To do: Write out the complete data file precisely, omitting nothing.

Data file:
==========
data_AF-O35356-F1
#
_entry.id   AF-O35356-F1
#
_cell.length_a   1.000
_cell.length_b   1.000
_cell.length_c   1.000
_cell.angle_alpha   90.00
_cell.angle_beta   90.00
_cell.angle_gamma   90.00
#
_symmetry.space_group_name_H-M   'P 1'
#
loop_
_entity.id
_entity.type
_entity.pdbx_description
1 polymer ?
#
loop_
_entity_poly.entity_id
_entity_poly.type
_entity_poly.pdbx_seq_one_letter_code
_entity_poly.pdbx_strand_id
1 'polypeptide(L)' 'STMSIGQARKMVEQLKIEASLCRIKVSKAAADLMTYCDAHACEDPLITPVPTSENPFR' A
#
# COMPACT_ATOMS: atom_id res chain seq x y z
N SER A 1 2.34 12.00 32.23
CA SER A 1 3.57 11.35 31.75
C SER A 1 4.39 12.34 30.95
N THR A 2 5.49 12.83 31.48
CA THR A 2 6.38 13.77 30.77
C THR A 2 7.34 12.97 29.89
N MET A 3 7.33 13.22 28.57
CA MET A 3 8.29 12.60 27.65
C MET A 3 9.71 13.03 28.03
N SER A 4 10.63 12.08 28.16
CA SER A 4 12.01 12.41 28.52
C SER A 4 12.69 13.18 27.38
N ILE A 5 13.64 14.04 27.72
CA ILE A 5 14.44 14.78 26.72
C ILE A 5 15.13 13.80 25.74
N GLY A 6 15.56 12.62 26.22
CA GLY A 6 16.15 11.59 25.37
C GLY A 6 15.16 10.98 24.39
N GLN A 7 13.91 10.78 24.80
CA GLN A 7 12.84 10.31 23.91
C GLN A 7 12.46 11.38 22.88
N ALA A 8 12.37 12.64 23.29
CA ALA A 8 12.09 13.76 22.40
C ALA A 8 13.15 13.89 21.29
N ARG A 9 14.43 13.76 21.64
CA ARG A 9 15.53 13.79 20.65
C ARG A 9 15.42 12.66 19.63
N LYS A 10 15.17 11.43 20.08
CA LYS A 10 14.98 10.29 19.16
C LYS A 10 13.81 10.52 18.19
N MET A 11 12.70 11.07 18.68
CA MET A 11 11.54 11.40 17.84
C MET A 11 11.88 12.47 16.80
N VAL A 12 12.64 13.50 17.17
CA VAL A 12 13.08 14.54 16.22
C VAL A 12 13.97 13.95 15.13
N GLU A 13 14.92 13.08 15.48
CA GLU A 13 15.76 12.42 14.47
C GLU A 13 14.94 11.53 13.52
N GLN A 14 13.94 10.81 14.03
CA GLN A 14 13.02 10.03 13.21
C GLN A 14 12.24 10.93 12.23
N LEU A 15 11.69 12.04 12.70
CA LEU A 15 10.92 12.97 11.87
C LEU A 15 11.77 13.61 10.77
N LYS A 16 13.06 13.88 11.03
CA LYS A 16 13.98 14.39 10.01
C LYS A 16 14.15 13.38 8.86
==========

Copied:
data_AF-O35356-F1
#
_entry.id   AF-O35356-F1
#
_cell.length_a   1.000
_cell.length_b   1.000
_cell.length_c   1.000
_cell.angle_alpha   90.00
_cell.angle_beta   90.00
_cell.angle_gamma   90.00
#
_symmetry.space_group_name_H-M   'P 1'
#
loop_
_entity.id
_entity.type
_entity.pdbx_description
1 polymer ?
#
loop_
_entity_poly.entity_id
_entity_poly.type
_entity_poly.pdbx_seq_one_letter_code
_entity_poly.pdbx_strand_id
1 'polypeptide(L)' 'STMSIGQARKMVEQLKIEASLCRIKVSKAAADLMTYCDAHACEDPLITPVPTSENPFR' A
#
# COMPACT_ATOMS: atom_id res chain seq x y z
N SER A 1 2.34 12.00 32.23
CA SER A 1 3.57 11.35 31.75
C SER A 1 4.39 12.34 30.95
N THR A 2 5.49 12.83 31.48
CA THR A 2 6.38 13.77 30.77
C THR A 2 7.34 12.97 29.89
N MET A 3 7.33 13.22 28.57
CA MET A 3 8.29 12.60 27.65
C MET A 3 9.71 13.03 28.03
N SER A 4 10.63 12.08 28.16
CA SER A 4 12.01 12.41 28.52
C SER A 4 12.69 13.18 27.38
N ILE A 5 13.64 14.04 27.72
CA ILE A 5 14.44 14.78 26.72
C ILE A 5 15.13 13.80 25.74
N GLY A 6 15.56 12.62 26.22
CA GLY A 6 16.15 11.59 25.37
C GLY A 6 15.16 10.98 24.39
N GLN A 7 13.91 10.78 24.80
CA GLN A 7 12.84 10.31 23.91
C GLN A 7 12.46 11.38 22.88
N ALA A 8 12.37 12.64 23.29
CA ALA A 8 12.09 13.76 22.40
C ALA A 8 13.15 13.89 21.29
N ARG A 9 14.43 13.76 21.64
CA ARG A 9 15.53 13.79 20.65
C ARG A 9 15.42 12.66 19.63
N LYS A 10 15.17 11.43 20.08
CA LYS A 10 14.98 10.29 19.16
C LYS A 10 13.81 10.52 18.19
N MET A 11 12.70 11.07 18.68
CA MET A 11 11.54 11.40 17.84
C MET A 11 11.88 12.47 16.80
N VAL A 12 12.64 13.50 17.17
CA VAL A 12 13.08 14.54 16.22
C VAL A 12 13.97 13.95 15.13
N GLU A 13 14.92 13.08 15.48
CA GLU A 13 15.76 12.42 14.47
C GLU A 13 14.94 11.53 13.52
N GLN A 14 13.94 10.81 14.03
CA GLN A 14 13.02 10.03 13.21
C GLN A 14 12.24 10.93 12.23
N LEU A 15 11.69 12.04 12.70
CA LEU A 15 10.92 12.97 11.87
C LEU A 15 11.77 13.61 10.77
N LYS A 16 13.06 13.88 11.03
CA LYS A 16 13.98 14.39 10.01
C LYS A 16 14.15 13.38 8.86